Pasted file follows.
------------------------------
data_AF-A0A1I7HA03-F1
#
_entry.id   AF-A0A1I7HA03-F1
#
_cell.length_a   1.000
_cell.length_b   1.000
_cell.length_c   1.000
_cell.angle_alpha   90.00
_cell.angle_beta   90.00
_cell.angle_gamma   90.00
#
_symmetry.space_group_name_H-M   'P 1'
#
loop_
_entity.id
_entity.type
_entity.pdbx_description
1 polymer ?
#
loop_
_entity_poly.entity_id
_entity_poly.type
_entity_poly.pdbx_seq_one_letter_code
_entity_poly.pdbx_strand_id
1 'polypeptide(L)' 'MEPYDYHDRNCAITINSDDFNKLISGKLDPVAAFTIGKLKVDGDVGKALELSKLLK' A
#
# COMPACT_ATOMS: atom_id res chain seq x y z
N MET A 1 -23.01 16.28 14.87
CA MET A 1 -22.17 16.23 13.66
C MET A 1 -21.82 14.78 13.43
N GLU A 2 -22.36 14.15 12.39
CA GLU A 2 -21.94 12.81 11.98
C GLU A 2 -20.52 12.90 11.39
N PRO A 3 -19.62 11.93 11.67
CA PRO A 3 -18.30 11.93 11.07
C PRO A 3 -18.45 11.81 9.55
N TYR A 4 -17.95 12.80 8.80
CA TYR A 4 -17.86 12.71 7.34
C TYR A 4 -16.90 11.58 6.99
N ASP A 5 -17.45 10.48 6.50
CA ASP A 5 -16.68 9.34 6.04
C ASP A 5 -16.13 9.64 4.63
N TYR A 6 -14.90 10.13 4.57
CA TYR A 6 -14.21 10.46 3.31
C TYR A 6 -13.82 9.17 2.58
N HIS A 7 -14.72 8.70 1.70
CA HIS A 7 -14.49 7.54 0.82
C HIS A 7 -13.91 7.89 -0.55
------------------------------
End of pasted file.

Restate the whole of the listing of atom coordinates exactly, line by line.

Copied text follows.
data_AF-A0A1I7HA03-F1
#
_entry.id   AF-A0A1I7HA03-F1
#
_cell.length_a   1.000
_cell.length_b   1.000
_cell.length_c   1.000
_cell.angle_alpha   90.00
_cell.angle_beta   90.00
_cell.angle_gamma   90.00
#
_symmetry.space_group_name_H-M   'P 1'
#
loop_
_entity.id
_entity.type
_entity.pdbx_description
1 polymer ?
#
loop_
_entity_poly.entity_id
_entity_poly.type
_entity_poly.pdbx_seq_one_letter_code
_entity_poly.pdbx_strand_id
1 'polypeptide(L)' 'MEPYDYHDRNCAITINSDDFNKLISGKLDPVAAFTIGKLKVDGDVGKALELSKLLK' A
#
# COMPACT_ATOMS: atom_id res chain seq x y z
N MET A 1 -23.01 16.28 14.87
CA MET A 1 -22.17 16.23 13.66
C MET A 1 -21.82 14.78 13.43
N GLU A 2 -22.36 14.15 12.39
CA GLU A 2 -21.94 12.81 11.98
C GLU A 2 -20.52 12.90 11.39
N PRO A 3 -19.62 11.93 11.67
CA PRO A 3 -18.30 11.93 11.07
C PRO A 3 -18.45 11.81 9.55
N TYR A 4 -17.95 12.80 8.80
CA TYR A 4 -17.86 12.71 7.34
C TYR A 4 -16.90 11.58 6.99
N ASP A 5 -17.45 10.48 6.50
CA ASP A 5 -16.68 9.34 6.04
C ASP A 5 -16.13 9.64 4.63
N TYR A 6 -14.90 10.13 4.57
CA TYR A 6 -14.21 10.46 3.31
C TYR A 6 -13.82 9.17 2.58
N HIS A 7 -14.72 8.70 1.70
CA HIS A 7 -14.49 7.54 0.82
C HIS A 7 -13.91 7.89 -0.55